At acework, we are acutely aware of the lack of diversity in the remote working world. Remote work can involve increased contact between people from diverse racial and cultural backgrounds, but we need to make a continuous effort to foster this. In addition to our collection of resources on allyship and education, we aim to amplify and support diverse voices in our community, starting with Danielle Bullock, a former acework candidate, who lives and works in Berlin. Here is Danielle:
“Being Black means you have to work twice as hard…
Growing up, this was something I’ve always heard but did not fully understand until completing my university studies.
In 2013, I moved to London to finish my Bachelors and then pursue a Masters in Marketing. I felt like I garnered all of the must-haves to launch my career as a digital marketer. I have earned two degrees, went to an internationally ranked university, and had relevant internships to support this endeavor. Overall, London was an eye-opening experience where the competitive environment meant that I was competing for jobs with international talent. Although faced with numerous application rejections and visa restrictions I accepted the challenge with open arms.
Sadly, in 2016, BREXIT votes were in and international students outside of Finance or Technology fields faced additional challenges when searching for work, thus I set my sights on relocating to Berlin, Germany.
Prior to my second relocation, I researched job prospects for native English speakers, created a list of companies I admired, collected entry-level marketing vacancies to dissect job specifications, and attended seasonal job fairs tailored to recent graduates.
What I failed to discover through my research, was the severe lack of diversity within tech startups and professional organizations as a whole.
I spent the year working as an au pair, revamped my German-style CV (which typically includes a headshot image), and took German courses to show initiative in immersing myself into the language and subsequently the culture. I was inexperienced, excited, confident, and yes, naive into thinking that I was living in a post-modern society where my efforts were enough to land an entry-level position.
This was hardly the case.
After sending at least 100 applications and hearing no response, I removed my photo and replaced it with a link to my LinkedIn page. I reached out to potential team members on LinkedIn, many of whom had little or no experience in the titles they currently owned. Oh, did I mention they were all white men?
Berlin’s buzzing international scene does exist but after sending hundreds of applications, and being invited to less than ten interviews I began to realize that at each company I was offered to interview, I was the only Black person, and if I was lucky there was an additional person of color.
Germany has an estimated one million people that identify as Black, I did not expect us to be highly visible.
However, I often consider the largest minority group in Berlin and can recall never having one Turkish colleague in the 2.5 years that I have worked here.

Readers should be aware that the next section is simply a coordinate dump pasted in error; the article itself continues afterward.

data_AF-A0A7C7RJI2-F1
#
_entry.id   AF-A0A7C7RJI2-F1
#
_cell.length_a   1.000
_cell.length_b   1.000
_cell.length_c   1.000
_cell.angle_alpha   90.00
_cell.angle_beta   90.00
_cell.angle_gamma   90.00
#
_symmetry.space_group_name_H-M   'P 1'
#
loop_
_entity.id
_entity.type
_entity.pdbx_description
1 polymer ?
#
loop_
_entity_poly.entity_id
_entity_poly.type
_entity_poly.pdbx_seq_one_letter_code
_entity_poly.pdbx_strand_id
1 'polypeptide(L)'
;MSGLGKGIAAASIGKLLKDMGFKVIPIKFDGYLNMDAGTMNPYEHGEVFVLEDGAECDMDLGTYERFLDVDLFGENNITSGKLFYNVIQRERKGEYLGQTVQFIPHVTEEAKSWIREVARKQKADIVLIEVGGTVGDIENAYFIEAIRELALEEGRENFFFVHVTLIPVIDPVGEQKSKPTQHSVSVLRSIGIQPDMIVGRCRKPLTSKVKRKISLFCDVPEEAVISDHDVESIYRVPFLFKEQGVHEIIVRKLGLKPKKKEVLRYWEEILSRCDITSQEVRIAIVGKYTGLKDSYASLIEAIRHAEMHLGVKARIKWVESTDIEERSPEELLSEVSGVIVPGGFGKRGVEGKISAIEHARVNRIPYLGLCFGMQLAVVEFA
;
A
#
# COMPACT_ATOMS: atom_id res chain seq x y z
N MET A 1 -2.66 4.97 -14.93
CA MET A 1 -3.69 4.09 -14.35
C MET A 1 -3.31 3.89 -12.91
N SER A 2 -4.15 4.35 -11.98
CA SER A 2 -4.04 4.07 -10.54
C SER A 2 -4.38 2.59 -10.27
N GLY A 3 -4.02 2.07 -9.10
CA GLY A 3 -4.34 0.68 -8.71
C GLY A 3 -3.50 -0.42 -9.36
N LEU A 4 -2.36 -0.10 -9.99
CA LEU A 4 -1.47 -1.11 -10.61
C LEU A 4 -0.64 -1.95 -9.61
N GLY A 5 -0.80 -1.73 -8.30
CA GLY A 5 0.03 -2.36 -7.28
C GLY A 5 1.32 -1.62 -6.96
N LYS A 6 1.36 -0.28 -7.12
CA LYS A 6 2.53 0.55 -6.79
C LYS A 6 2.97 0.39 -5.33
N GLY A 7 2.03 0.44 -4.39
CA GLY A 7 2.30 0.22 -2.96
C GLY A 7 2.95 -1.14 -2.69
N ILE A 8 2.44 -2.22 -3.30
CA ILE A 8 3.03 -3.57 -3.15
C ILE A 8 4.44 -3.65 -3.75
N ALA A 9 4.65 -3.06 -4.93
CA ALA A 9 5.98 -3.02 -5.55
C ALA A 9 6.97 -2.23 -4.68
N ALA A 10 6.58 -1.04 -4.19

As I navigate my marketing career, I am always thinking about how underrepresented groups can achieve diversity, equity, and inclusion in their organization. I wonder if there is more I could do to see myself reflected in professional spaces.
Following the tragic mass murdering of unarmed Black people by police in the United States, I find it difficult to see paper-thin, Black Lives Matter social media posts from companies that don’t even serve their local, minority non-profit organizations.
I find it difficult when preparing applications to companies I admire, also promote themselves as ‘Champions of Diversity’ while continuing to exclude intersectionality towards people of color, people living with disabilities, the Muslim community, or members of the LGBTQ+ community.
I find it difficult to hear after the third interview that, ‘you were a great candidate but we didn’t feel there was a culture fit’.
What does that even mean? Don’t I deserve more detailed feedback after three, hour-long conversations and a sample assignment?
That’s only during the interview process. Once I am offered the job…
I find it difficult to remain passionate as a digital marketer when Black women are the most educated group in the United States but earn half the amount of White men, for the same job.
I find it difficult to know that many people experience microaggressive behavior at work but struggle to find the words and say, ‘this is not okay’…..amongst other things.
The office, whether it’s physical or remote, does not mean employees leave their biases at home. Encourage your C-Level, Senior, and Junior employees to take a few moments to educate themselves. It is especially important for companies to invest in diversity training, actively hire diverse talent, openly support and donate to social causes with emphasis from the top down.
Because at this day and age, there are no excuses.
Recognizing that from my time at university until now, I’ve had to censor myself, my personality, and even at one point my appearance, to make others feel comfortable and appear to be a ‘company fit’.
Diversity, Equity & Inclusion is not a one-off task for your quarterly goal. It is a never-ending commitment to your company, team, community, and society at large. We all have the resources, let’s finally use them.”
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